Self-Directed Work Teams

Teams come in different dimensions that include all shapes, sizes and dispositions. Management at the same time comes in different forms. In this case Denton focuses on horizontal management contrary to Fisher who focuses on self directed work team. Teams as a tool can be used at the lowest or highest level within the organization. In his studies Denton says that the most common type of team is the problem solving team and is sometimes known as department team. Denton (1991) says that it is usually an immediate work group dealing with its own job related issues such as quality, productivity or cost problems. He continues to note that one of the most important aspects of teams can and logically should be classified not only by their type but also in the context on which they are used or applied.Fisher (2000) on the other hand focuses on self directed work teams which seek to empower people and give them greater control over their own destiny. Team empowerment is considered as a continuum of employee involvement with lower empowerment techniques like selected employee input on projects on one end. Fisher (2000) thus says that teams create small self sustaining businesses that can be jointly managed by the organizational membership. In this context Fisher established that "team members make decision about who should perform which task rather than having individuals separated into jobs like operators, engineers and sales people" (p. 18). One advantage of this type of team makeup is that everyone may have the same title and therefore have a shared responsibility for the success of the team.In comparison the two authors have a different approach of team works and management. Denton (1991) puts emphasis on horizontal network teams while Fisher (2000) leans on the importance of self directed work teams. According to Denton (1991) teams can be used as an auxiliary or supplemental means of improving cross functional and interdepartmental communication and cooperation. In his view the importance of horizontal teams is that they are designed to help compensate for the inherent deficiencies and difficulties of pyramid organizations. Denton (1991) has indicated that" the horizontal network teams can improve the flow of information through knotted lines of communication and enhance the creative energy of traditional vertical organization" (p. 118).Unlike Denton, Fisher (2000) says that self directed work teams are a method of improving results and therefore not a substitution for them. The disadvantage of self directed work teams is that they can cause organizations to lose sight of their purpose by focusing on the care and feeding of the structures. For example a poor customer service may be caused by the fact everyone in the team was in a meeting during that time. On the other hand Denton (1991) says that network teams and horizontal focus particularly on problem identification and investigation and apart from that they can be used to change decision making authority. Also these type of teams participate with management in joint decision making. One good example of horizontal network teams is in the area of product development.

In his research Fisher (2000) mentioned that "self directedness of the teams can lead people down the wrong path" (p. 19). This is because some people believe that self directed work team means a change in the role of management and not the elimination of supervisors and managers. It therefore important to note that team operates within given boundaries stipulated by organization. The major similarity between these two types of teams is that both Fisher's and Denton theories of team management outperform traditional operations. In both theories the teams need someone to play the role of facilitator the person within the team who keeps the meeting on track. Denton (1991) says that he or she does this by keeping members focused on the problem, keeping them focused on time commitments, classifying ideas, remaining neutral and making sure all the members' ideas are properly discussed.In order to achieve high performance and increased customer satisfaction, effective team leaders should act like social architects who understands the interaction of organizational and behavioral variables (Khalil, Lefebvre, & Mason, 2001). They should also be able to foster a climate of active participation and minimal dysfunctional conflict. The management should focus mostly on building leadership styles that relies to a large degree on earned authority. This should involve the whole spectrum of management skills and is also considered as the shared responsibility between functional management and project leaders (Khalil, Lefebvre, & Mason, 2001). Besides ensuring customer satisfaction it helps to promote high performance work systems in an organization.Using teams in organizations reduces employee burnout and therefore this greatly increases employee effectiveness and helps the teacher to remain focused in the real needs of the students (Fisher, 2000). Considered to be an outdated team consolidation technique Fisher (2000) advocated for the emergence of high performance work systems. This is has been attributed to the fact that self directed work teams have been around for long and also because they delivered considerable results. At the same time Fisher (2000) indicates that impatience for results and unwillingness to make the necessary personal management changes have for long foiled many attempts to create sustainable self directed work teams. Another reason that led to the emergence of high performance work systems is the short falls related to organizational unwillingness to provide the required budget and time for training to help team leaders and team members to acquire new skills (Fisher, 2000).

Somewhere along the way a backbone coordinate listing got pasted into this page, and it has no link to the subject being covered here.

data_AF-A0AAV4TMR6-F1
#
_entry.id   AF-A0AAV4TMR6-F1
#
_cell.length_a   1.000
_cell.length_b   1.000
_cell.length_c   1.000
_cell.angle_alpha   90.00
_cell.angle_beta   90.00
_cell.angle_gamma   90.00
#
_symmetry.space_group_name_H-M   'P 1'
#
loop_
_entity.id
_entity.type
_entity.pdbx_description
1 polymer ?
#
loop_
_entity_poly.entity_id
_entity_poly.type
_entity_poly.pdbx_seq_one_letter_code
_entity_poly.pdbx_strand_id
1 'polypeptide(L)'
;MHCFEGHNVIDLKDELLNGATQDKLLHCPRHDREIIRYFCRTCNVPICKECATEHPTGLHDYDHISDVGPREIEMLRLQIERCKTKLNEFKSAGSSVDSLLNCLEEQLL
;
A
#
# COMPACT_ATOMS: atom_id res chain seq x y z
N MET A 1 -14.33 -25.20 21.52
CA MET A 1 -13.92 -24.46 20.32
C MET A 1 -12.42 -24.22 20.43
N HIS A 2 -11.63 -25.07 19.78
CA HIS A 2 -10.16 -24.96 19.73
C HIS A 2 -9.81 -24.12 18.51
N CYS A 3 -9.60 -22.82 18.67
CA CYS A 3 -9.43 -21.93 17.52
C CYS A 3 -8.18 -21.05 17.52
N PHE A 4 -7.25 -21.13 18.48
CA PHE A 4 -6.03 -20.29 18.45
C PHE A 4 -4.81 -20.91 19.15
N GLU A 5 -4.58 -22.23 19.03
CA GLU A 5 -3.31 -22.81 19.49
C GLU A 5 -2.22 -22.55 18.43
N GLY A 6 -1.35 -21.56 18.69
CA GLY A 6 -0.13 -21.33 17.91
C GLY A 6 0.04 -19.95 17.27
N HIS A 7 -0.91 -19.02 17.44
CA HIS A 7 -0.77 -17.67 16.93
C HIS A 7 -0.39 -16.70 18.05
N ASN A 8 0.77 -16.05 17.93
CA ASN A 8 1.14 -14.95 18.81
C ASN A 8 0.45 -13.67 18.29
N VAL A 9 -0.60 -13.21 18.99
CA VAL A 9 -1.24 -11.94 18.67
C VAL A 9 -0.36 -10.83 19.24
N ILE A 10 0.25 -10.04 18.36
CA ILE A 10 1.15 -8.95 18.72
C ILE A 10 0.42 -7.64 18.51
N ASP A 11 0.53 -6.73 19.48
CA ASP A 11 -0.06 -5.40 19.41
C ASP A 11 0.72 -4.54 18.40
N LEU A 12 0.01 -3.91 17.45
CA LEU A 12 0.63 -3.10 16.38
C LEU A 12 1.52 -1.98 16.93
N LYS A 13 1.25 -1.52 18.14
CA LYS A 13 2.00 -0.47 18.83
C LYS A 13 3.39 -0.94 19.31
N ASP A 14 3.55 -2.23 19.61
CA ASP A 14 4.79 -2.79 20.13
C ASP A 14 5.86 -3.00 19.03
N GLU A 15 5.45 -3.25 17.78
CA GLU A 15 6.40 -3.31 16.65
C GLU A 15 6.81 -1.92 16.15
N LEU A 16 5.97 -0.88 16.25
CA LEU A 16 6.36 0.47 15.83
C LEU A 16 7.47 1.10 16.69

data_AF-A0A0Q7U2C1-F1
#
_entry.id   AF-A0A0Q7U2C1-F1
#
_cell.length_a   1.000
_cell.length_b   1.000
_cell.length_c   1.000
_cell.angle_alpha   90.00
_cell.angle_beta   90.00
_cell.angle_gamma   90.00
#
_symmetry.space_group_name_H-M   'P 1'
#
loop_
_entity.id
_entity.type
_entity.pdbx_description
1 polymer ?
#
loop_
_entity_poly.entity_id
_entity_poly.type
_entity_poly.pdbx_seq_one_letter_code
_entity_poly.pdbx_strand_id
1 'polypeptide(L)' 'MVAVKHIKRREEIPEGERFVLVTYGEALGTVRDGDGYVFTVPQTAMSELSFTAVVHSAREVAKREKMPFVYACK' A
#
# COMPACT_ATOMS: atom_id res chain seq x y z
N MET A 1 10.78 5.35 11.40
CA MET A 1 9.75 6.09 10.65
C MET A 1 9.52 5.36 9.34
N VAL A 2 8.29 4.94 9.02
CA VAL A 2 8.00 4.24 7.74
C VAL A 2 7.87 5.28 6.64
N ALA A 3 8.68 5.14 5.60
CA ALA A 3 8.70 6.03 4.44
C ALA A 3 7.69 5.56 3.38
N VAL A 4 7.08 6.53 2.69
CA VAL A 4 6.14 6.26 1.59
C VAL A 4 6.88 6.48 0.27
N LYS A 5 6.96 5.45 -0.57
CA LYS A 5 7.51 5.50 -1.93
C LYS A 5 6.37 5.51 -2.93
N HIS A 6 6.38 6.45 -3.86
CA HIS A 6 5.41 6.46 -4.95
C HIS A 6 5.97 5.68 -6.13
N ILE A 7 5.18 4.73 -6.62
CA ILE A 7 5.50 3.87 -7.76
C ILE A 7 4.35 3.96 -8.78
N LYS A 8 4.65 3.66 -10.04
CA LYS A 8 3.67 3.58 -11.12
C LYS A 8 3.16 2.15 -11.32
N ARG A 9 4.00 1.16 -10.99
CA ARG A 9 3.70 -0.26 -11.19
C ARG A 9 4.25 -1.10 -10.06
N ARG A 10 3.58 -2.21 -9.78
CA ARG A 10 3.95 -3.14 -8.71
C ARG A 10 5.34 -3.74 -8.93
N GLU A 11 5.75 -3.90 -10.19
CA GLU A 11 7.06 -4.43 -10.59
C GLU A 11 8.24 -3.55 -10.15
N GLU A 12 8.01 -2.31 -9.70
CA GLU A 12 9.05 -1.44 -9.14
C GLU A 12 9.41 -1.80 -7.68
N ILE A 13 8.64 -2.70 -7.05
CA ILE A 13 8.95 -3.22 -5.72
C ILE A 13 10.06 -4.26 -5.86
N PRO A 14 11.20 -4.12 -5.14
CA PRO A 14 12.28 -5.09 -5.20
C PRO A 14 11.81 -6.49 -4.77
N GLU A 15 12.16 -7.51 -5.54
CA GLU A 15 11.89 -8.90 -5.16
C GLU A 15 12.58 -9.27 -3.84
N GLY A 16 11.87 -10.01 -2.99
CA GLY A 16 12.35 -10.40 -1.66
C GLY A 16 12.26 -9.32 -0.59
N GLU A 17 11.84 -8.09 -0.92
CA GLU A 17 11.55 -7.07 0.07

Fisher's opinion on the importance of self directed work teams is that while leveraging human potential cannot ensure anything it provides many benefits and thus many organizations in the consumer products, aerospace and paper industries are actively using self directed work teams because they provide competitive advantage. Denton (1991) on the other hand advocates for the emergence of small work groups. Compared to his earlier model of horizontal network teams Denton says that small work groups provide greater autonomy and centralization to operations personnel.The two authors Fisher and Denton go ahead to introduce two other different concepts of organizational leadership and management. Fisher focuses on high performance work systems while Denton narrows his focus on the emergence of small work groups. Denton (1991) established that "small work groups have been identified as essentially an evolution of participative practices like quality circles" (p. 135). In addition Denton says that small work groups have allowed operational level personnel to be mostly autonomous in production planning, scheduling and dispatching, control of resources, inventory and material handling. The small work groups explained by Denton have advantage over Fisher's self directed work systems because above the above activities they help in quality planning and process control, methods improvement and determining problems and coordinating corrective action.Fisher (2000) says that "self directed work team's organizational practices are often in direct contradiction to the management philosophies and styles that have projected powerful supervisors into their current positions of control and responsibility at every level of the corporation." Although it is not always clear if front line employees will be able to change from the comfortable and pervasive work practices of the past. Denton (1991) in line with this says that "small work group's corporation calls one particular type of team development approach work design" (p. 138). He continues to say that teams representing particular work areas examine both internal and external factors affecting their jobs. These factors include safety, quality, productivity, customer service and employee satisfaction concerns (Denton, 1991).Denton (1991) established that in small work groups effectiveness emerges from the fact that employees in this work groups are given the autonomy to evaluate the current work situation, while employees are also given an overview of the business which includes learning about the available business processes within the organization. Compared to Fisher who says that in self directed work teams employees such as technicians are given the mandate to do presentations about major projects. Fisher (2000) continues to indicate that employees set goals and indicate the milestones and deliverables. These was achieved through the team leaders who have the duty to create strong mutual respect between the workers and the leader, assuring that the job gets done as well as providing leadership in getting problems solved.Organizational leaders should therefore strive to create a supportive environment where people can thrive, grow and live in peace with one other (Hickman, 2009). As the demand for new leadership grows in many organizations the command and control leaders at the top of the pyramid are being challenged to change. This is because of the emergence of teamwork in the new era of industrial management. In High performance work teams are expected to become leaders who are facilitators, stewards, coaches, designers and teachers. In this formation of organizational management team leaders easily realize that effective leaders understand that every person has leadership quality that can and be organized and used (Hickman, 2009).Small work groups cannot be overlooked as the new leadership paradigm, thus restructuring our conceptual framework of what the practice of leadership is and our understanding of what effective leaders do (Hickman, 2009). On the other hand Khalil, Lefebvre, & Mason (2001) noted that professionally stimulating work environment and accomplishments is effective team leadership and high project performance. In both Denton and Fisher's view of team leadership team leaders should avoid conditions which seem to affect motivation and commitment of individual team members, cross-functional communications and many components that support earned leadership authority (Khalil, Lefebvre, & Mason, 2001).In conclusion the analysis of both Denton and Fisher's differ on some aspects as far as organizational management is concerned but at some point they accomplish the same purpose. They are geared towards achieving organizational efficiency and ensuring customer satisfaction. In both settings it is integral for team leaders to build alliances with support organizations and upper management to assure organizational visibility, priority, resource availability and general support for the multifunctional activities.